About 2 to 3 out of every 1,000 children in the United States are born deaf or hard of hearing. Over 90% of these children are born to parents who can hear. Early identification of children who are born deaf or hard of hearing is critical to ensure that their families have the resources they need to help their children acquire language, spoken and/or visual, and achieve age-appropriate communicative, cognitive, academic, social, and emotional development. The NAD supported passage of the Early Hearing Detection and Intervention Act (EHDI) in 2000 and subsequent federal funding to establish state newborn hearing screening programs in hospitals. At the time, the average age of identification of deaf children was about 2½ years old; children who were hard of hearing were often identified much later. The goals of the EHDI program include hearing screening of all newborns by age one month, confirmation of hearing status by three months, and enrollment in an early intervention program for deaf and hard of hearing babies and their families by six months.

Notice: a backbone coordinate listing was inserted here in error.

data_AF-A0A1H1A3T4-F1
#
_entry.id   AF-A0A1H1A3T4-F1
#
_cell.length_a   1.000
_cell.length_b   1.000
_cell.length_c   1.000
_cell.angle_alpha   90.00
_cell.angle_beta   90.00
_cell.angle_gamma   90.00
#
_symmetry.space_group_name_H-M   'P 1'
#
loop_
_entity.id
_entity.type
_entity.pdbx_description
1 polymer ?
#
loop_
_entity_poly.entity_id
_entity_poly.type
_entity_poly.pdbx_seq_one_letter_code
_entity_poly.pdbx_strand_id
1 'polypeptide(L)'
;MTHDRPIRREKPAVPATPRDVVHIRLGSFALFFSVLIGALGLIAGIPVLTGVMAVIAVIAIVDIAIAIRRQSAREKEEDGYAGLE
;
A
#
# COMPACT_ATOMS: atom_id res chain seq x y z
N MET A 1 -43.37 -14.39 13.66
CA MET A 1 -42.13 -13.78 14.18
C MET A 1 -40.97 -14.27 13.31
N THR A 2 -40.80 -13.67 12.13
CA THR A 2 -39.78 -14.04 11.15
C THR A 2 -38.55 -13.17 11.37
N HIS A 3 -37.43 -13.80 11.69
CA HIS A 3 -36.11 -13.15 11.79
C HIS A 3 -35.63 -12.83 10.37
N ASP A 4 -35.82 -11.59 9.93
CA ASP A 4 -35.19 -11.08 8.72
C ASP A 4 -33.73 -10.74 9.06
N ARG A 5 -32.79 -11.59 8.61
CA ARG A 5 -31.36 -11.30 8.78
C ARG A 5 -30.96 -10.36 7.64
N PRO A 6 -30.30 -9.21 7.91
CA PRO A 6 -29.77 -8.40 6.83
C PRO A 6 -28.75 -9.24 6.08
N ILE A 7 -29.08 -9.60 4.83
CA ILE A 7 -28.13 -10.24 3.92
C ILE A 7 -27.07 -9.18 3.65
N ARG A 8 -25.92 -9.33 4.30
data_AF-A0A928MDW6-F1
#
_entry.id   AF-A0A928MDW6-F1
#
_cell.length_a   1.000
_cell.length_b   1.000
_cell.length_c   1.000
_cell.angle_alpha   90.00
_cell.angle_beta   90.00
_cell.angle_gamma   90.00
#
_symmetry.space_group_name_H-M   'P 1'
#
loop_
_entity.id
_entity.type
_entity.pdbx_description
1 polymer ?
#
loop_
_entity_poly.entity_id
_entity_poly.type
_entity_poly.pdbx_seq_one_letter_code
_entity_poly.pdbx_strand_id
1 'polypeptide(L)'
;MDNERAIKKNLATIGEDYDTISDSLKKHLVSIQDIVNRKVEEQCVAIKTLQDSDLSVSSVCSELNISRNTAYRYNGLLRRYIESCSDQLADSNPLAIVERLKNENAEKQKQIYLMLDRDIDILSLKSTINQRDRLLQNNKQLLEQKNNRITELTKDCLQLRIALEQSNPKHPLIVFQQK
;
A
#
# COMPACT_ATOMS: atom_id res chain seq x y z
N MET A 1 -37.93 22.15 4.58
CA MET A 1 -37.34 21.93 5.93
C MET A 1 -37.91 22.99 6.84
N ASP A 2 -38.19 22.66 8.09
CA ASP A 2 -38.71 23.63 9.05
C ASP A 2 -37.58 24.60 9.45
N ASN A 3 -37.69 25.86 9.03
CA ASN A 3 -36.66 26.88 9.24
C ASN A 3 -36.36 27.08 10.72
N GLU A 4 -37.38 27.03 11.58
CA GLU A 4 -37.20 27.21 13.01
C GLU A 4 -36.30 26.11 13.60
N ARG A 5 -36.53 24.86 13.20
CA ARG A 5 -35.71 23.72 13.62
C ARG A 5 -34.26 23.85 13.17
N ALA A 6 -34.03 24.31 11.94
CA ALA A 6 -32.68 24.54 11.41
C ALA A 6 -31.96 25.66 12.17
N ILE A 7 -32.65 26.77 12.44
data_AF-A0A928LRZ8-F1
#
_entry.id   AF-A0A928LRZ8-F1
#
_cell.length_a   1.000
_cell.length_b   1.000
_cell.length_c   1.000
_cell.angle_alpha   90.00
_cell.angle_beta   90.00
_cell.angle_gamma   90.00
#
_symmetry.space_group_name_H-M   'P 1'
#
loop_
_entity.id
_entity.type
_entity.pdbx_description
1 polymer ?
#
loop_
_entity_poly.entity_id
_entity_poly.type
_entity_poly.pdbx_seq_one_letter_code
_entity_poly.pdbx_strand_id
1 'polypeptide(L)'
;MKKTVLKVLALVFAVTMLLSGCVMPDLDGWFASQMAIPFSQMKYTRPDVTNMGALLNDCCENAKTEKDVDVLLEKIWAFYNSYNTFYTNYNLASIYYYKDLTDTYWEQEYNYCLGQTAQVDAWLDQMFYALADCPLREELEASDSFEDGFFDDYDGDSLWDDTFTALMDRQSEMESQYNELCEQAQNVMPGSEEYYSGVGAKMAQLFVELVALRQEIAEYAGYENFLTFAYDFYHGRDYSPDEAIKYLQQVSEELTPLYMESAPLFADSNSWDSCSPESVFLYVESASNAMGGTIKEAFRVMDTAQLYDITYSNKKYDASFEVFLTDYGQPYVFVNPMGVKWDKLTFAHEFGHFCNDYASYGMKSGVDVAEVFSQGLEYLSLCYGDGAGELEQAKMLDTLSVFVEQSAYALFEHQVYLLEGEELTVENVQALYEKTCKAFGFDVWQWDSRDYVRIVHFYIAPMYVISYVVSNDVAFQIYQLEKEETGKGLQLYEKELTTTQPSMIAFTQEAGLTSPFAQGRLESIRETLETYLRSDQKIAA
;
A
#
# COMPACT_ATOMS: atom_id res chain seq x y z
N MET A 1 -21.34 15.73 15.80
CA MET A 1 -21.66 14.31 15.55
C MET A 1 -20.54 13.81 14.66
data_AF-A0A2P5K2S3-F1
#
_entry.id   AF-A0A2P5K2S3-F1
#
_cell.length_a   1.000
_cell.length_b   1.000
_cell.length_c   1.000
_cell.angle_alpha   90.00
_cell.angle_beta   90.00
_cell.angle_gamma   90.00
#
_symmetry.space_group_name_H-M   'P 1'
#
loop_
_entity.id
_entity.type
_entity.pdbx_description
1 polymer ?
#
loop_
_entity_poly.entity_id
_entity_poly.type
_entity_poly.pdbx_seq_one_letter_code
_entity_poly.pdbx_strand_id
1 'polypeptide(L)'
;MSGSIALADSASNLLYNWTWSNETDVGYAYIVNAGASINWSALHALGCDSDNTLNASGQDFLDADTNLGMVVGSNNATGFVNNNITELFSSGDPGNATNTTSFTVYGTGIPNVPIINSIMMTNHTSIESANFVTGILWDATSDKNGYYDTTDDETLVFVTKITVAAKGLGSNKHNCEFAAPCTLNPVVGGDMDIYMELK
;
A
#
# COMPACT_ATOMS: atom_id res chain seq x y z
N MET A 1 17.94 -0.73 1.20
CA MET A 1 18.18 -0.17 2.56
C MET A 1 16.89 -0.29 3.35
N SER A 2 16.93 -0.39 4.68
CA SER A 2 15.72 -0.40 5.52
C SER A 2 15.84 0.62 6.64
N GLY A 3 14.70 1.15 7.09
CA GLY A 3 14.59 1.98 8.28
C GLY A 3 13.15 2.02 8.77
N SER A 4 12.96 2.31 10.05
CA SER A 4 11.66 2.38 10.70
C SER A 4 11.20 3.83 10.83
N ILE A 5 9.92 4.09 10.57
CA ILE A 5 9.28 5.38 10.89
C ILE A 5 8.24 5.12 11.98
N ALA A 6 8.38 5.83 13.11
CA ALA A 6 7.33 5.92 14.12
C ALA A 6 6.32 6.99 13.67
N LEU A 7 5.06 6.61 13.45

Today, about 95% of newborns have a hearing screening before they leave the hospital. However, not all of these newborns who are suspected of being deaf or hard of hearing receive the necessary follow-up evaluations they need to confirm their hearing status. The NAD is actively seeking reauthorization of the EHDI bill with a focus on ensuring that every family gets the care, information, and services they need to give their deaf or hard of hearing children the opportunities they need to acquire spoken and visual language.
The acquisition of language from birth is a human right. Deaf and hard of hearing infants should be given the opportunity to acquire American Sign Language (ASL), a fully accessible visual language, as early as possible, in addition to the opportunity to access and acquire the spoken language(s) used by their families through the use of assistive technologies and other strategies. The NAD is strongly committed to ensuring that parents of newly identified deaf or hard of hearing infants receive accurate information about the benefits of acquiring and developing proficiency in both ASL and English.
Related Issue: Education